Eudaemonia /yüdēˈmōnēə / noun
Definition: Eudaemonia is literally translated from Greek as “good spirit.” More broadly, it is defined as happiness, welfare, or well-being. Aristotelian ethics uses the word to describe the highest human good, which is the ultimate goal of life.
Etymology: Eudaemonia, sometimes spelled eudaimonia or eudemonia, is a Greek word. It is an abstract noun that combines eû, meaning “good” or “well,” and daímōn, which could mean “dispenser,” “tutelary deity,” or “indwelling spirit.” Daímōn shares the same root as the Ancient Greek verb daíomai, meaning “to divide.” This could indicate that eudaemonia refers to an action linked to dividing or dispensing in a positive way.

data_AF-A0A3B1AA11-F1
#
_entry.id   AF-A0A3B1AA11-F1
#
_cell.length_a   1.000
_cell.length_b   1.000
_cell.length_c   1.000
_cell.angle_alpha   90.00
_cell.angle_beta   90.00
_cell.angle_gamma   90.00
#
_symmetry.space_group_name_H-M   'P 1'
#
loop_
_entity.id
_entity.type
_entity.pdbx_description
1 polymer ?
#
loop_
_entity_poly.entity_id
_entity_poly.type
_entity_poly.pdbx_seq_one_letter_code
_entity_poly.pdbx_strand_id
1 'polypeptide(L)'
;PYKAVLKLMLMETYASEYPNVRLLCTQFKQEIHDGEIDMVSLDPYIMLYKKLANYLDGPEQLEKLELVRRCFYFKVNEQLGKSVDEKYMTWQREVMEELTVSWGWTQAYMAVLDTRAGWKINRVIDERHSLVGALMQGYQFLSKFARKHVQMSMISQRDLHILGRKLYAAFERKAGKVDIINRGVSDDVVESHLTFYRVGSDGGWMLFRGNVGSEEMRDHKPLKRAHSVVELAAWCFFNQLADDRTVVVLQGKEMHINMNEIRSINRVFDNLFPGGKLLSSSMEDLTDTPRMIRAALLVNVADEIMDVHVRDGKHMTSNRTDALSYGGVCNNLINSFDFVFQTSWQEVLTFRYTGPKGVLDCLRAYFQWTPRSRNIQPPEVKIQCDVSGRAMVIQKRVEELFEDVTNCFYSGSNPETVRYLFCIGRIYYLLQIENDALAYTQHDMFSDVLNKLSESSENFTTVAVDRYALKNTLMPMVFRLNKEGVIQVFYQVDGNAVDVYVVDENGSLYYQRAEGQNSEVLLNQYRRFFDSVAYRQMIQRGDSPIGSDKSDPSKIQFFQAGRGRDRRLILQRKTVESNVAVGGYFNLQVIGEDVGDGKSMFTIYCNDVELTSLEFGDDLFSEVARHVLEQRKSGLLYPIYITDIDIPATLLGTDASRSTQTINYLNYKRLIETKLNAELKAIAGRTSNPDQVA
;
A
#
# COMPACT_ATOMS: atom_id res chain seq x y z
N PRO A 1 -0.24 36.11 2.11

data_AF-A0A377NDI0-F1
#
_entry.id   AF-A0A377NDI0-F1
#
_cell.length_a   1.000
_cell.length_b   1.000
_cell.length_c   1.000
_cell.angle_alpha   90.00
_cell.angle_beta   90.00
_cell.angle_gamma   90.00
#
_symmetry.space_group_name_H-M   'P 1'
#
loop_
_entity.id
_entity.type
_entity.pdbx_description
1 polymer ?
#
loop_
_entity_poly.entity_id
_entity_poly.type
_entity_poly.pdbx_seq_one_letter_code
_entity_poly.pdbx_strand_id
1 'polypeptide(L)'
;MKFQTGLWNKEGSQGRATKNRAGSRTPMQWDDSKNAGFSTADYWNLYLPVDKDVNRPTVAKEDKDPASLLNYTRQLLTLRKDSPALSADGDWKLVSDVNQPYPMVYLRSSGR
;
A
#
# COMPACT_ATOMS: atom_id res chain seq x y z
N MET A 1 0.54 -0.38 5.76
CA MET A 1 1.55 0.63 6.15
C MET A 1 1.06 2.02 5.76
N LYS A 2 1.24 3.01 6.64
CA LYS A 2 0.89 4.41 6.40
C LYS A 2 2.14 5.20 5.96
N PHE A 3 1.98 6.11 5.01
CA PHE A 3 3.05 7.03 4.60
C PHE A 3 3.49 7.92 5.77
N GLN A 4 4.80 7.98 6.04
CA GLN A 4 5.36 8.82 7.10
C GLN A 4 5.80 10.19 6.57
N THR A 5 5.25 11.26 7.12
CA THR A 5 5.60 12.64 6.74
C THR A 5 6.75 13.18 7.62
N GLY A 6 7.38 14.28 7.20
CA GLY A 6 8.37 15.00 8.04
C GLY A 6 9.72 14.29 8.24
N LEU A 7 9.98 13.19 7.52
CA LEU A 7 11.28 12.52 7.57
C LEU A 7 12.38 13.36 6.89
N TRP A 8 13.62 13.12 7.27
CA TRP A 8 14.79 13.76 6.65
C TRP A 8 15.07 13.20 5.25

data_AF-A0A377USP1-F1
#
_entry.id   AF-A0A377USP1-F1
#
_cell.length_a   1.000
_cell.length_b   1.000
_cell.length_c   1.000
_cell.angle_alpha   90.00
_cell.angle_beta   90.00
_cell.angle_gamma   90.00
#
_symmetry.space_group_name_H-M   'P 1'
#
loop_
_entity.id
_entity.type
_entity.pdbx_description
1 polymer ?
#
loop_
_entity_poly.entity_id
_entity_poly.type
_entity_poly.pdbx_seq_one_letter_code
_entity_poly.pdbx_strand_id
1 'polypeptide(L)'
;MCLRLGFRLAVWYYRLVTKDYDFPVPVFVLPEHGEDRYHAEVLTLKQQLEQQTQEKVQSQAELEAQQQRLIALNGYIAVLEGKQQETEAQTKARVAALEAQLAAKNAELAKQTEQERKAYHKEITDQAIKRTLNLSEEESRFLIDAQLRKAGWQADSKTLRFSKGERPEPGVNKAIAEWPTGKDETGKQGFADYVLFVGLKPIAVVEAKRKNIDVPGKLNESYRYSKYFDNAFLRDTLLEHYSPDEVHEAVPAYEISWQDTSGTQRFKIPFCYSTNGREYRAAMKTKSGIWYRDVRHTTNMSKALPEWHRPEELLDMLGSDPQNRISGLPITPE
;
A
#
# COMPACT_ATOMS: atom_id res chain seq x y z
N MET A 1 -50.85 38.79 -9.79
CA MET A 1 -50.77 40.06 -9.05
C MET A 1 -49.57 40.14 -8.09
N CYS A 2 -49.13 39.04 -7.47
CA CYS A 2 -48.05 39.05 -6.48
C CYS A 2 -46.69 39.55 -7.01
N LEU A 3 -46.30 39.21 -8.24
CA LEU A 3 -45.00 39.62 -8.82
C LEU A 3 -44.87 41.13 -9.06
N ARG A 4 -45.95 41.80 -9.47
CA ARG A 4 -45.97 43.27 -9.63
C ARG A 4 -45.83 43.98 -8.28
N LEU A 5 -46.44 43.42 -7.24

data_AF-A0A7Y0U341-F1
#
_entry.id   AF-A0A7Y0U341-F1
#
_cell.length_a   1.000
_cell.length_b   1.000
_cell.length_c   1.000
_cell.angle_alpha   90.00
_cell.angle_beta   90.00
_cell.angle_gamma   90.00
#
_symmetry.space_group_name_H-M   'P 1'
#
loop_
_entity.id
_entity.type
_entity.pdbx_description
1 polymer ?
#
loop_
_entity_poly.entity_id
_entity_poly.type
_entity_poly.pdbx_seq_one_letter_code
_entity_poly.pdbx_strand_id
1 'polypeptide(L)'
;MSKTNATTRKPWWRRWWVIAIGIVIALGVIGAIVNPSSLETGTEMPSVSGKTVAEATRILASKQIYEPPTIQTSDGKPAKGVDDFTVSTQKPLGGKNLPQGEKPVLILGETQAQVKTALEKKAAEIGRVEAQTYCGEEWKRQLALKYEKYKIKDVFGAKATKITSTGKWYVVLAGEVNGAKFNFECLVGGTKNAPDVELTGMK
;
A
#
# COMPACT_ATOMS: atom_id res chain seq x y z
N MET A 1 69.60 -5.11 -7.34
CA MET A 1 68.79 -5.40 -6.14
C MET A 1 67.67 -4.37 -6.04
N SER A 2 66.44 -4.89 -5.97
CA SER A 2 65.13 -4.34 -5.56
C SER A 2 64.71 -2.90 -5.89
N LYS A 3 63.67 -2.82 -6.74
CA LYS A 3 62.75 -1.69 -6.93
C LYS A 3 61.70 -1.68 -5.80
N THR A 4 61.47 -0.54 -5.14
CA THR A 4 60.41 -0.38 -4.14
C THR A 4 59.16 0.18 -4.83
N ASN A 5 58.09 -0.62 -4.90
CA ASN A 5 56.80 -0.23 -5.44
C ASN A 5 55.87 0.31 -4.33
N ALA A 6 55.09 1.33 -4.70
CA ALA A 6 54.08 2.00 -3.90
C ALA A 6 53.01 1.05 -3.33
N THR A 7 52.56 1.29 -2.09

Ancient Greek philosophers often incorporated eudaemonia into their beliefs. Aristotle proposed three lifestyles that could lead to eudaemonia: a life of pleasure, a life of political activity, and a life of philosophy. Epicurus held a hedonistic philosophy and believed a life of pleasure led to eudaemonia.
In a Sentence
Many philosophers seek eudaemonia, but none agree on how to get it.
Eudaemonia is often translated as “happiness,” but that doesn’t convey the full meaning.
Aristotle believed that eudaemonia came from a life of “virtuous activity in accordance with reason.”